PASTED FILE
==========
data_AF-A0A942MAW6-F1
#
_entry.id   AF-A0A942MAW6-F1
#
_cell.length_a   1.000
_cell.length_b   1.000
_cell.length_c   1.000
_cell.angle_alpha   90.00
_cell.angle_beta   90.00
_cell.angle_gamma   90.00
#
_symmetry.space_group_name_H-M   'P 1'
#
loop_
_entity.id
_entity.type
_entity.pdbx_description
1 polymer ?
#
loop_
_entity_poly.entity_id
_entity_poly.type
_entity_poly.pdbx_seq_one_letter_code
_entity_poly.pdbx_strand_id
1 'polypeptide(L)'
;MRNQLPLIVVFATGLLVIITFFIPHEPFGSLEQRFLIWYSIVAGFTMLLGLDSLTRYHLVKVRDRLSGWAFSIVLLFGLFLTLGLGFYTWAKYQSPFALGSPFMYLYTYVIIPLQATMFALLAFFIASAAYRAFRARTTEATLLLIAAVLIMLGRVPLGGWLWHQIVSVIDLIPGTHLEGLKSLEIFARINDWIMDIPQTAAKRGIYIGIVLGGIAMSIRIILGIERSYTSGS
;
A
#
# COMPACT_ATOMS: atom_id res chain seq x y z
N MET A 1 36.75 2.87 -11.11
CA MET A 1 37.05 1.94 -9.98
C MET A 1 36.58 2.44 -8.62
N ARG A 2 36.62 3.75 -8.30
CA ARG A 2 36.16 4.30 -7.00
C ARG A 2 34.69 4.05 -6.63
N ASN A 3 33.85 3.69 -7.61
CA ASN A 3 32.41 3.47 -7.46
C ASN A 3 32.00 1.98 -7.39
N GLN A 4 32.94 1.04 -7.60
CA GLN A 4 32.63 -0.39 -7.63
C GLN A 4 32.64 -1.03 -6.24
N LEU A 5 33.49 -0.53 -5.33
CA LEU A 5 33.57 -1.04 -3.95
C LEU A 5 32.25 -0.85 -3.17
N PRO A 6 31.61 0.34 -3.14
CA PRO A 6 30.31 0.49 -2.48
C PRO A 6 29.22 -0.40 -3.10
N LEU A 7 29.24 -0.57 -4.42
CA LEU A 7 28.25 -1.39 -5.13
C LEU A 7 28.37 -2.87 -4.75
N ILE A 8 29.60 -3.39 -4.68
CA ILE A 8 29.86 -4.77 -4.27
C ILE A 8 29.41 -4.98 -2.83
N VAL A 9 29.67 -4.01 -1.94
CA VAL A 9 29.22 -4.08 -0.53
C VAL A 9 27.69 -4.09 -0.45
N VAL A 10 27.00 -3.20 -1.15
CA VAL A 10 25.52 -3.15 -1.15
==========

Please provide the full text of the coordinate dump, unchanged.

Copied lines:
data_AF-A0A942MAW6-F1
#
_entry.id   AF-A0A942MAW6-F1
#
_cell.length_a   1.000
_cell.length_b   1.000
_cell.length_c   1.000
_cell.angle_alpha   90.00
_cell.angle_beta   90.00
_cell.angle_gamma   90.00
#
_symmetry.space_group_name_H-M   'P 1'
#
loop_
_entity.id
_entity.type
_entity.pdbx_description
1 polymer ?
#
loop_
_entity_poly.entity_id
_entity_poly.type
_entity_poly.pdbx_seq_one_letter_code
_entity_poly.pdbx_strand_id
1 'polypeptide(L)'
;MRNQLPLIVVFATGLLVIITFFIPHEPFGSLEQRFLIWYSIVAGFTMLLGLDSLTRYHLVKVRDRLSGWAFSIVLLFGLFLTLGLGFYTWAKYQSPFALGSPFMYLYTYVIIPLQATMFALLAFFIASAAYRAFRARTTEATLLLIAAVLIMLGRVPLGGWLWHQIVSVIDLIPGTHLEGLKSLEIFARINDWIMDIPQTAAKRGIYIGIVLGGIAMSIRIILGIERSYTSGS
;
A
#
# COMPACT_ATOMS: atom_id res chain seq x y z
N MET A 1 36.75 2.87 -11.11
CA MET A 1 37.05 1.94 -9.98
C MET A 1 36.58 2.44 -8.62
N ARG A 2 36.62 3.75 -8.30
CA ARG A 2 36.16 4.30 -7.00
C ARG A 2 34.69 4.05 -6.63
N ASN A 3 33.85 3.69 -7.61
CA ASN A 3 32.41 3.47 -7.46
C ASN A 3 32.00 1.98 -7.39
N GLN A 4 32.94 1.04 -7.60
CA GLN A 4 32.63 -0.39 -7.63
C GLN A 4 32.64 -1.03 -6.24
N LEU A 5 33.49 -0.53 -5.33
CA LEU A 5 33.57 -1.04 -3.95
C LEU A 5 32.25 -0.85 -3.17
N PRO A 6 31.61 0.34 -3.14
CA PRO A 6 30.31 0.49 -2.48
C PRO A 6 29.22 -0.40 -3.10
N LEU A 7 29.24 -0.57 -4.42
CA LEU A 7 28.25 -1.39 -5.13
C LEU A 7 28.37 -2.87 -4.75
N ILE A 8 29.60 -3.39 -4.68
CA ILE A 8 29.86 -4.77 -4.27
C ILE A 8 29.41 -4.98 -2.83
N VAL A 9 29.67 -4.01 -1.94
CA VAL A 9 29.22 -4.08 -0.53
C VAL A 9 27.69 -4.09 -0.45
N VAL A 10 27.00 -3.20 -1.15
CA VAL A 10 25.52 -3.15 -1.15